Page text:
A measure of the ability of a security to be bought and sold. If there is an active marketplace for a security, it has good marketability. Marketability is similar to liquidity, except that liquidity implies that the value of the security is preserved, whereas marketability simply indicates that the security can be bought and sold easily.
Less than 50% ownership of a corporation’s voting stock, or not enough ownership to control company operations. From a purely accounting point of view, a parent company which owns less than 100% but more than 50% of a subsidiary presents the value of the remaining ownership (the minority ownership) on the balance sheet in a separate account. In such cases, minority interest is shown as either a liability or an equity item on the consolidated balance sheet, and the income (or loss) owed to the minority owners is subtracted from (or added to) the parent’s income to arrive at a net income number (consolidated).
Money Market Mutual Fund
An open-end mutual fund which invests only in money markets. These funds invest in short term (one day to one year) debt obligations such as Treasury bills, certificates of deposit, and commercial paper. The main goal is the preservation of principal, accompanied by modest dividends. The fund’s Net Asset Value remains a constant $1 per share to simplify accounting, but the interest rate does fluctuate. Money market funds are very liquid investments, and therefore are often used by financial institutions to store money that is not currently invested. Unlike bank accounts and money market accounts, most deposits are not FDIC insured, but the risk is extremely low (only those funds administered by banks are FDIC-insured, but some others are privately insured). Although money market mutual funds are among the safest types of mutual funds, it still is possible for money market funds to fail, but it is unlikely. In fact, the biggest risk involved in investing in money market funds is the risk that inflation will outpace the funds’ returns, thereby eroding the purchasing power of the investor’s money. also called money fund or money market fund.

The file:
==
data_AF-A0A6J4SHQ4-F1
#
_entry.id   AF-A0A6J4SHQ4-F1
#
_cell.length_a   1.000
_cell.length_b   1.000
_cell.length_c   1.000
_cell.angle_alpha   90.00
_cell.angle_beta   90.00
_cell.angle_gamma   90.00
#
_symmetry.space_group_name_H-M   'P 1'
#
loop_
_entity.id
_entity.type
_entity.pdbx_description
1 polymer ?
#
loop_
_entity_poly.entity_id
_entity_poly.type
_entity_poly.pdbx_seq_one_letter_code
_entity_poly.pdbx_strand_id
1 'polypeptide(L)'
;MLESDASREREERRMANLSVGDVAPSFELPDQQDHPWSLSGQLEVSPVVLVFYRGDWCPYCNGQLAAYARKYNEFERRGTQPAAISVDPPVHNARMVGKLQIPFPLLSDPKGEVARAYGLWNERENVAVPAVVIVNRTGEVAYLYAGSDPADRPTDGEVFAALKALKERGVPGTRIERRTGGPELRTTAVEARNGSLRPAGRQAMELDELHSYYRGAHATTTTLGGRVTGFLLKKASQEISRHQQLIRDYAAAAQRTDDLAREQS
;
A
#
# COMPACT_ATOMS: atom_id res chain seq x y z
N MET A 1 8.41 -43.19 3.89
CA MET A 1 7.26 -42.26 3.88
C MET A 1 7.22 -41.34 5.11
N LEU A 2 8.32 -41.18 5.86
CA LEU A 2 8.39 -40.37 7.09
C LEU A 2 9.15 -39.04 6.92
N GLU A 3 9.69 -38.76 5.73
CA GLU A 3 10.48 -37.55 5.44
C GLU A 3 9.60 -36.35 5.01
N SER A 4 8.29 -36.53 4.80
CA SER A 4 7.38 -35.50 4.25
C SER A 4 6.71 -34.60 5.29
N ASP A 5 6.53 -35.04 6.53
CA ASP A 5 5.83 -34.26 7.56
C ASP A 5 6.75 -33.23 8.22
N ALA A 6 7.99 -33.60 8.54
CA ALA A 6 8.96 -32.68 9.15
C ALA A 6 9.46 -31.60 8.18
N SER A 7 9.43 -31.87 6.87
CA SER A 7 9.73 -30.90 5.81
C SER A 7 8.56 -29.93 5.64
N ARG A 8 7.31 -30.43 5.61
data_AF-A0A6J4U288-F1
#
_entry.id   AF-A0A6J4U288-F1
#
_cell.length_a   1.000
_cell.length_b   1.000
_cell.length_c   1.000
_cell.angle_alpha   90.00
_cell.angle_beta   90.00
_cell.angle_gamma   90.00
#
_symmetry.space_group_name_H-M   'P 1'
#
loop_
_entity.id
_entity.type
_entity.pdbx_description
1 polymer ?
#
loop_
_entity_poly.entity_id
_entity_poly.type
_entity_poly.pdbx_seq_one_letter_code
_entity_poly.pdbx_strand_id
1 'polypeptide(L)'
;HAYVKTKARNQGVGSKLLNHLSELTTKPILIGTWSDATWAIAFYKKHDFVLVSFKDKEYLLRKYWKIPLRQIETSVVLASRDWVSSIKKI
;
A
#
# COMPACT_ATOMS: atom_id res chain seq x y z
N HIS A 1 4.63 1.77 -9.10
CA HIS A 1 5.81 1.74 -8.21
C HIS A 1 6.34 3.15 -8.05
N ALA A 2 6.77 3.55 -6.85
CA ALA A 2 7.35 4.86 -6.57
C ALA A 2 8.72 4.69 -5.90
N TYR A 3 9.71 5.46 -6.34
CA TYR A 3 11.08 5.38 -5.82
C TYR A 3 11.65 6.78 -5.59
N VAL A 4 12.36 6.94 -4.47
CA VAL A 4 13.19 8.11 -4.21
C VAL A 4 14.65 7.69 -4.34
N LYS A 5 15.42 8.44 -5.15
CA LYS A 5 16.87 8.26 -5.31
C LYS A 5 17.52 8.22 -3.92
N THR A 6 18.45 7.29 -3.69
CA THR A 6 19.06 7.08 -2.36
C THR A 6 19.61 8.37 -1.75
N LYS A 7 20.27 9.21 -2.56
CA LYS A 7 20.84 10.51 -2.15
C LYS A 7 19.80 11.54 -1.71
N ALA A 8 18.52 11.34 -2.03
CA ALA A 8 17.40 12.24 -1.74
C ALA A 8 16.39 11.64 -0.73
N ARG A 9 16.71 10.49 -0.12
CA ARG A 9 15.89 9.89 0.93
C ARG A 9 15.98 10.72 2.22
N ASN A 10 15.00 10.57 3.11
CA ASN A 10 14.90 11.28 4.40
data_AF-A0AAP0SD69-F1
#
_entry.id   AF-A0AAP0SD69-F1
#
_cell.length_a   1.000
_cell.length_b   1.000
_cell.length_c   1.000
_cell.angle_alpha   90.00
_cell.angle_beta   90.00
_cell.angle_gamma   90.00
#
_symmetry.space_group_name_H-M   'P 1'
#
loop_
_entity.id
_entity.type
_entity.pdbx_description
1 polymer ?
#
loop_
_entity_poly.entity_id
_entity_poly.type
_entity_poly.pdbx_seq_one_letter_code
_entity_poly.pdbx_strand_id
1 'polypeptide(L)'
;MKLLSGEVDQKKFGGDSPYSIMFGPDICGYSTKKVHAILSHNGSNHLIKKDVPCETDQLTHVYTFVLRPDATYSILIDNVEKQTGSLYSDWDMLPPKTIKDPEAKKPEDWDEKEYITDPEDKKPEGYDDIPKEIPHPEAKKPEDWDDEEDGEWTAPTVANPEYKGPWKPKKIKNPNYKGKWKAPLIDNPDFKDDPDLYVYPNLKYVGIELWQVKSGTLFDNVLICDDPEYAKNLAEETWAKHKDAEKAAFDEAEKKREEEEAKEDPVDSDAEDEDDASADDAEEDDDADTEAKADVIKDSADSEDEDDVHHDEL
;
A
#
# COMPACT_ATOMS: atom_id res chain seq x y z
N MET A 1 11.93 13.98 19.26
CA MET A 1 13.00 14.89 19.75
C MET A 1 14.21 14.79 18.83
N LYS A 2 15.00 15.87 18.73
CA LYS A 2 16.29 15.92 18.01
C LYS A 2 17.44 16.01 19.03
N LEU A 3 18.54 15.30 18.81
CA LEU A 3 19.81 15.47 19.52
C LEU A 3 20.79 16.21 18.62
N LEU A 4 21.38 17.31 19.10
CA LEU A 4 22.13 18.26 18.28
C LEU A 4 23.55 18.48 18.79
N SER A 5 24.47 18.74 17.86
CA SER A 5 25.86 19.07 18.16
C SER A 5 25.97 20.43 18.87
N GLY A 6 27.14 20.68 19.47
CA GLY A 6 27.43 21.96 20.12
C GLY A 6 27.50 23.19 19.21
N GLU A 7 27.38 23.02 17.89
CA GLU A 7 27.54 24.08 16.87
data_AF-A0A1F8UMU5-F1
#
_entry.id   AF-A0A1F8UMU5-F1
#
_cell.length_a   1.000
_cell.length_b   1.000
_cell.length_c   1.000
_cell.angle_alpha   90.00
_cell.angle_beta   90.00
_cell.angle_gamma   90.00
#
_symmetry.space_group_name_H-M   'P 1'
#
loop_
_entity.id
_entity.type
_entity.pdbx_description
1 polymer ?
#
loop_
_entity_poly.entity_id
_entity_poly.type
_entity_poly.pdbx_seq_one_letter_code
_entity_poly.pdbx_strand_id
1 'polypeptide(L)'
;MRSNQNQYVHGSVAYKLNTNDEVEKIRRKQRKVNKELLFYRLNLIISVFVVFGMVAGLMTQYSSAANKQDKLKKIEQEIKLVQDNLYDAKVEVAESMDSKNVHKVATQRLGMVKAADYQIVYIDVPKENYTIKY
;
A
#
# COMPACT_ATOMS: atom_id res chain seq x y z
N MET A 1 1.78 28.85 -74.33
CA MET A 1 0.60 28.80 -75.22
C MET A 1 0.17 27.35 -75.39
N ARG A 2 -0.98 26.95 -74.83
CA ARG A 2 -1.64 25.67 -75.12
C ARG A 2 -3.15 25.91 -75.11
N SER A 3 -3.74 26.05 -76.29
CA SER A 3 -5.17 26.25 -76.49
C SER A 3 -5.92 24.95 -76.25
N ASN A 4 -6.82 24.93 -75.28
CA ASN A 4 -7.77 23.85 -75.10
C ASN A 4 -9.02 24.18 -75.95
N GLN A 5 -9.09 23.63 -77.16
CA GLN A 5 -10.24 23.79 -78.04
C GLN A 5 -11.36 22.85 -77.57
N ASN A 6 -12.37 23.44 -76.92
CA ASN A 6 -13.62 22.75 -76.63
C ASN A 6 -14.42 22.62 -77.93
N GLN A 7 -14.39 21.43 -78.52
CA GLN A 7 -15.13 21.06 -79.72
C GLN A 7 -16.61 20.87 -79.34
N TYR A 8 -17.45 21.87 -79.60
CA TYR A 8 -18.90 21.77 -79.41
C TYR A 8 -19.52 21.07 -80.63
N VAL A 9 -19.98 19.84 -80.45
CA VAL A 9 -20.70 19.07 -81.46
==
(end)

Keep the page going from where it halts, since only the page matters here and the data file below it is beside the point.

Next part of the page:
Municipal Bond Fund
A mutual fund which invests in municipal bonds. These bond funds are popular among investors in high income tax brackets because they are exempt from federal taxes and, in some cases, from state taxes as well. As with U.S. government bond funds, the underlying securities in municipal bond funds are backed by the government and thus are considered to have a high credit rating. However, municipalities have been known to declare bankruptcy on occasion, making these funds more risky than U.S. government bonds. also called muni fund.